Why is gluten bad for your health?

Gluten-free has been all the rage these past few years. However, most people who avoid gluten, have no idea what it really is and how avoiding it is benefiting them.

Gluten is a protein found in most grains, such as wheat, barley and rye. It’s the substance that gives dough that elastic texture when you knead it. But what is it that makes gluten so bad for our health? Keep reading to find out why is gluten bad for your health?

1. Gluten causes an undiagnosed condition in most people

Why is gluten bad for your health?When gluten reaches your digestive tract and interacts with your immune system cells, the body mistakes it for a foreign attacker– like bacteria.

Some people are sensitive to gluten. This prompts an immune system response, to eliminate it. Unfortunately, in the case of the most severe form of gluten sensitivity, called celiac disease, the immune system attacks the the gluten, as well the enzymes in the cells of the gut. Therefore, both the gluten and your digestive tract wall are being attacked. This is why celiac disease is categorized as an autoimmune disorder.

The immune system reaction causes your intestinal wall to degenerate. Most of the nutrient absorption in your body takes place in the small intestine. Therefore, a reaction to gluten can lead to nutrient deficiencies, anemia, fatigue, digestive issues and an increased risk of severe diseases.

According to research, around 1% of the population is believed to have celiac disease, but it may be more common among the elderly [1], [2].

However, many people with celiac disease do not show any abdominal systems, which can make diagnosis difficult.

One study shows that over 80% of celiac sufferers don’t even realize they have it [3].

2. Gluten sensitivity is even more common than celiac disease

Even if you don’t have celiac disease, chances are you can still have negative reactions to gluten from gluten sensitivity, also called gluten intolerance.

Gluten sensitivity is much more common than celiac disease and it simply means your body is having some sort of negative reaction to gluten. Fortunately, you may experience an improvement in symptoms by following a gluten-free lifestyle.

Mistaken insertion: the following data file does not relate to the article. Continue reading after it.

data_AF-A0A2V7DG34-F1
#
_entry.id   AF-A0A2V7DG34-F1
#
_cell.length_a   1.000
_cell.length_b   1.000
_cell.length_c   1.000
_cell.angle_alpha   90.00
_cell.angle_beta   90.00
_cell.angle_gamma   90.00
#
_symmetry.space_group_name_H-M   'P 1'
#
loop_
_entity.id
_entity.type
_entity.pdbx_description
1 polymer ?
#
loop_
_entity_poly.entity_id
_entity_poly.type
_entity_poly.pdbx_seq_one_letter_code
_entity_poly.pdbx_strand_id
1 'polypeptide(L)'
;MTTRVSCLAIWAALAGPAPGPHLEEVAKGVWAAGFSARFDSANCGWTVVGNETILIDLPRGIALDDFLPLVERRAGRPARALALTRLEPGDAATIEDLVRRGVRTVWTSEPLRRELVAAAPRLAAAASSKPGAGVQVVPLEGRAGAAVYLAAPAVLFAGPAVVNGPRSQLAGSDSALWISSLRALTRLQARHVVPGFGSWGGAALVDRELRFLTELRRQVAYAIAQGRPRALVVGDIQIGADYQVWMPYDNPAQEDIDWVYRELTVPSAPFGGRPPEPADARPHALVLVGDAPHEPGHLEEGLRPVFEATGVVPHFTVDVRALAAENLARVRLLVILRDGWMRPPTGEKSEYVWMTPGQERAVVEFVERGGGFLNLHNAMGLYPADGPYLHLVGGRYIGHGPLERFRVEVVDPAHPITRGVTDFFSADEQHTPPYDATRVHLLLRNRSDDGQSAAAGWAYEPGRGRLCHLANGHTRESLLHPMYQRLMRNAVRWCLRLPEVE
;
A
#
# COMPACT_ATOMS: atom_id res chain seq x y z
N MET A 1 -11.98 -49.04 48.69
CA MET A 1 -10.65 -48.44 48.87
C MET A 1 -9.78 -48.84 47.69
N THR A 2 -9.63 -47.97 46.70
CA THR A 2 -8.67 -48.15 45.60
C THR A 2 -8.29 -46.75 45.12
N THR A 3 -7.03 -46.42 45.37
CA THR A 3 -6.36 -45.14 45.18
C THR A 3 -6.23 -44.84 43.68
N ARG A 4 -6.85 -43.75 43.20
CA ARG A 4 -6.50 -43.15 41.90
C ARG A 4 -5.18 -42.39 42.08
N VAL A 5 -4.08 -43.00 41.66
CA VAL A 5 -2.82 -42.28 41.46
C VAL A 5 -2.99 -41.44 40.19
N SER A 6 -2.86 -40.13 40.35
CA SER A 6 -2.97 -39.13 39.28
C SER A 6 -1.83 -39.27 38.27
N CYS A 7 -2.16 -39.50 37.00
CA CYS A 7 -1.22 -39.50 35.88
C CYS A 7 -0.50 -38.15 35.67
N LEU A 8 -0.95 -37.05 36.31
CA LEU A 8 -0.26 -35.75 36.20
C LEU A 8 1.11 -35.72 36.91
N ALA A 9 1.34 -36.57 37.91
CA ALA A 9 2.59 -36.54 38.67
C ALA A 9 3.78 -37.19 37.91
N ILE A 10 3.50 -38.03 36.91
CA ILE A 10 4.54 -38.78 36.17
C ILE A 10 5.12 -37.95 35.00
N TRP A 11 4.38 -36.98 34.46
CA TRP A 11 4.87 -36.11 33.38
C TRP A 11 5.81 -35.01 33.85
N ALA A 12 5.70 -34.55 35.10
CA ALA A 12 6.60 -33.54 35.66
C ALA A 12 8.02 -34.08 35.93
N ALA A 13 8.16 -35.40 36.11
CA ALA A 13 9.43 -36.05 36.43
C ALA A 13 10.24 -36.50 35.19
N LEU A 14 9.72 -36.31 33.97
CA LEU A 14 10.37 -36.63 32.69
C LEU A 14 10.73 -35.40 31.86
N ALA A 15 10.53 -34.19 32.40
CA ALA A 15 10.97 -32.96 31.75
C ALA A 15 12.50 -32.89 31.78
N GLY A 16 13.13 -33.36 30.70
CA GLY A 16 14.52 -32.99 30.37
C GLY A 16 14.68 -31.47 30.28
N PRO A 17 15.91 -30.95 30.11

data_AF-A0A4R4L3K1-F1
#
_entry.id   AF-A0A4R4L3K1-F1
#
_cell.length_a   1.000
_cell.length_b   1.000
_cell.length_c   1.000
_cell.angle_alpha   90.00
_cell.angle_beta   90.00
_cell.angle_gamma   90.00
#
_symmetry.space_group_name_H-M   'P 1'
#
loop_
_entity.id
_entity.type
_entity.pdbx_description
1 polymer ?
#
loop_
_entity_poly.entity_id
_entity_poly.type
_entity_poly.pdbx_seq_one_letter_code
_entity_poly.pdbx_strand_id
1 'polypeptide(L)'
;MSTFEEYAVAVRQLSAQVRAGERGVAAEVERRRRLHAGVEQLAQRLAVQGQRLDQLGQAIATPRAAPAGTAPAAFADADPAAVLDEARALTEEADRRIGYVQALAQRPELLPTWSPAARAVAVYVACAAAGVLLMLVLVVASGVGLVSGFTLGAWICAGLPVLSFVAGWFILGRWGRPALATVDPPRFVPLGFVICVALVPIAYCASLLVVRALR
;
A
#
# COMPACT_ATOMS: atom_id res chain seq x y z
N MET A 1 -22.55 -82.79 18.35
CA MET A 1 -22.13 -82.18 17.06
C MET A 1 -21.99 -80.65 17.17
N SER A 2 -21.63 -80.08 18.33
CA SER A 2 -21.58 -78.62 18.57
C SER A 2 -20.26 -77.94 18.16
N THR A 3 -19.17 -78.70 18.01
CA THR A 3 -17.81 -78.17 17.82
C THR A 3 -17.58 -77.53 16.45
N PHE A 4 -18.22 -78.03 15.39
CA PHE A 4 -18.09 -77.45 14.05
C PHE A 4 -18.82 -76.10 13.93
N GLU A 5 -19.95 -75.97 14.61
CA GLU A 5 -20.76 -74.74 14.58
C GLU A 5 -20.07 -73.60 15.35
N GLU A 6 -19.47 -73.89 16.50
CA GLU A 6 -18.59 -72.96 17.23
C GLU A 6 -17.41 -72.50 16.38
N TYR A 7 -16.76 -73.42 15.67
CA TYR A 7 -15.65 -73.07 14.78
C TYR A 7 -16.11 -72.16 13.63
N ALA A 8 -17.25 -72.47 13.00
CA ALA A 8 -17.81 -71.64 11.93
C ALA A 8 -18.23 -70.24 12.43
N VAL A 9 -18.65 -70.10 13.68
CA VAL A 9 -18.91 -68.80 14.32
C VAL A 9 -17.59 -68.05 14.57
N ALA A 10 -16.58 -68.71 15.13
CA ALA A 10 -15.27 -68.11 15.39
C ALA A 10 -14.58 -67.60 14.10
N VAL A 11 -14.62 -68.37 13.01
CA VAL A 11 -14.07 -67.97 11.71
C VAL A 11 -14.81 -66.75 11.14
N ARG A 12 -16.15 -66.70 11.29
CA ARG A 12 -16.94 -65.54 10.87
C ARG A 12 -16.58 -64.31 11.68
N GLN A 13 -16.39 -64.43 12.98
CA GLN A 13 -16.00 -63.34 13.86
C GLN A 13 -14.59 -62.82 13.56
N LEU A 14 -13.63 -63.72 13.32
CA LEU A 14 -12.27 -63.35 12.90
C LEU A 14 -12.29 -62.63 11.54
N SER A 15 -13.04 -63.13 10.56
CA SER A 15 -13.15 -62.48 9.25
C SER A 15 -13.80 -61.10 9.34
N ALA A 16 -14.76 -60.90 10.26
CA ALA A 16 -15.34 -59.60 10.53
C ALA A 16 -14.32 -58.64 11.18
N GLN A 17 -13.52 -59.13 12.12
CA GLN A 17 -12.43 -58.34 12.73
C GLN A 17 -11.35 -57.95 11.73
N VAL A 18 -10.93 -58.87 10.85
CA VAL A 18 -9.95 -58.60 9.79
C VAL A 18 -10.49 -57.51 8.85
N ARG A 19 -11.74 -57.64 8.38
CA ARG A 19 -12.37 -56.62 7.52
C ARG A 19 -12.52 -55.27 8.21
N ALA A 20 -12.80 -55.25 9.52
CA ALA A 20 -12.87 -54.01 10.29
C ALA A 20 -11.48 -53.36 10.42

Why is gluten bad for your health?If you don’t have celiac disease but experience symptoms similar to it, such as stomach pain, bloating, diarrhea, fatigue and pain in joints and bones, chances are you have non-celiac gluten sensitivity.

Although gluten sensitivity is difficult to diagnose, some sources show that up around 6 to 8% of people may have it [4]. In addition, about 40% of people have certain genes that make them vulnerable to gluten sensitivity [5].

There is no clear definition for gluten intolerance, therefore, if you are experiencing symptoms, try eliminating gluten completely from your diet and see if you notice any improvement.

3. You don’t have to have gluten sensitivity to experience gluten’s adverse effects

According to one study, people with irritable bowel syndrome showed improvement in symptoms after going on a gluten-free diet, indicating that gluten-sensitivity and IBS may be closely tied [6].

About 14% of the US population suffers from IBS. Studies show that IBS may be worsened by the consumption of gluten [7]. Therefore, if you suffer from IBS, try going gluten free for a month and note down any improvements.

4. Brain disorders may be linked to gluten

Although gluten mainly affects the gut, it can also cause adverse effects to the brain.

In several cases, neurological diseases can be worsened by a gluten-rich diet, a condition called gluten-sensitive idiopathic neuropathy.

In one study of people with neurological disease of unknown causes, about 57% of them had antibodies against gluten proteins in their blood [8].

Research shows that brain disorders that may benefit from a gluten-free diet include autism, epilepsy and schizophrenia.

5. Wheat gluten is addictive

Wheat is highly addictive, which explains the unnatural cravings people have towards cakes, donuts and pizza. This isn’t proven yet, but some studies show that gluten may contribute to its addictiveness [9].

Louise and Richard Thomas  founders of Fresh Start

Louise and Richard Thomas founders of Fresh Start

Here at Thailand Fitness Bootcamp, your health and happiness are of utmost importance to us. Therefore, every year, we are on a quest to developing the most effective and exciting diet and fitness plans for you, making your dreams a reality.

 

 

 

 

 

 

 

 

References

1. The prevalence of celiac disease in the United States. Am J Gastroenterol. 2012 Oct;107(10):1538-44; quiz 1537, 1545. doi: 10.1038/ajg.2012.219. Epub 2012 Jul 31.
2. Prevalence of celiac disease in at-risk and not-at-risk groups in the United States: a large multicenter study. Arch Intern Med. 2003 Feb 10;163(3):286-92.
3. The Prevalence of Celiac Disease in the United States. Am J Gastroenterol 2012; 107:1538–1544; doi:10.1038/ajg.2012.219; published online 31 July 2012
4. Non-celiac gluten sensitivity: questions still to be answered despite increasing awareness. Cell Mol Immunol. 2013 Sep;10(5):383-92. doi: 10.1038/cmi.2013.28. Epub 2013 Aug 10.
5. Celiac Disease and Malabsorptive Disorders. Jamilé Wakim-Fleming
6. Gluten causes gastrointestinal symptoms in subjects without celiac disease: a double-blind randomized placebo-controlled trial. Am J Gastroenterol. 2011 Mar;106(3):508-14; quiz 515. doi: 10.1038/ajg.2010.487. Epub 2011 Jan 11.
7. Irritable bowel syndrome in the United States: prevalence, symptom patterns and impact. Aliment Pharmacol Ther. 2005 Jun 1;21(11):1365-75.
8. Does cryptic gluten sensitivity play a part in neurological illness? Lancet. 1996 Feb 10;347(8998):369-71.
9. Opioid peptides derived from wheat gluten: Their isolation and characterization. doi:10.1016/0014-5793(92)80414-C

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